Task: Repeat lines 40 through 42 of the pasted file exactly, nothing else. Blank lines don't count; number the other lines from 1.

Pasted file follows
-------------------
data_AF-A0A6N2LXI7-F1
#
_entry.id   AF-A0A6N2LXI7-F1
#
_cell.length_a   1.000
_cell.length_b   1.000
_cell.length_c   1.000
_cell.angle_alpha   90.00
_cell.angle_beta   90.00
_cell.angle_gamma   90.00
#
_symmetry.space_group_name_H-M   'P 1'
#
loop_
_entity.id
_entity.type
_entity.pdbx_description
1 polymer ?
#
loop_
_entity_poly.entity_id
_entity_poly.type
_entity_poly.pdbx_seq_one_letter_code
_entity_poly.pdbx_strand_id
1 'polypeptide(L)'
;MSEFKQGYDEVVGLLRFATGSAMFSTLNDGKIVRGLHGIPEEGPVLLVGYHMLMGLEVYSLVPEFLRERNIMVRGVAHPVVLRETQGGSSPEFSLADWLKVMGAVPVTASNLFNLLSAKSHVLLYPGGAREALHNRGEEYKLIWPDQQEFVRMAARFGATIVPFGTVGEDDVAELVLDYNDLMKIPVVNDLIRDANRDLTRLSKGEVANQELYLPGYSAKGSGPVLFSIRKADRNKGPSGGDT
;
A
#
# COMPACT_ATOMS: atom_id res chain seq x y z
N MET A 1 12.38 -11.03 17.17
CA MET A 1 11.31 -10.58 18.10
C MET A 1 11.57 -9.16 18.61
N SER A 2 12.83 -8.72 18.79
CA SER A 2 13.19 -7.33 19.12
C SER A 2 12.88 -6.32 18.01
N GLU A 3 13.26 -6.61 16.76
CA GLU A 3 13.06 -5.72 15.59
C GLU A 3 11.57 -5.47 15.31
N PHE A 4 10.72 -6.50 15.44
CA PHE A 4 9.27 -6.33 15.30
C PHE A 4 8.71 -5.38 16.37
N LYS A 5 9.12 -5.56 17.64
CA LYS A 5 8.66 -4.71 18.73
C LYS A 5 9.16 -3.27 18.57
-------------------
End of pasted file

N PHE A 4 10.72 -6.50 15.44
CA PHE A 4 9.27 -6.33 15.30
C PHE A 4 8.71 -5.38 16.37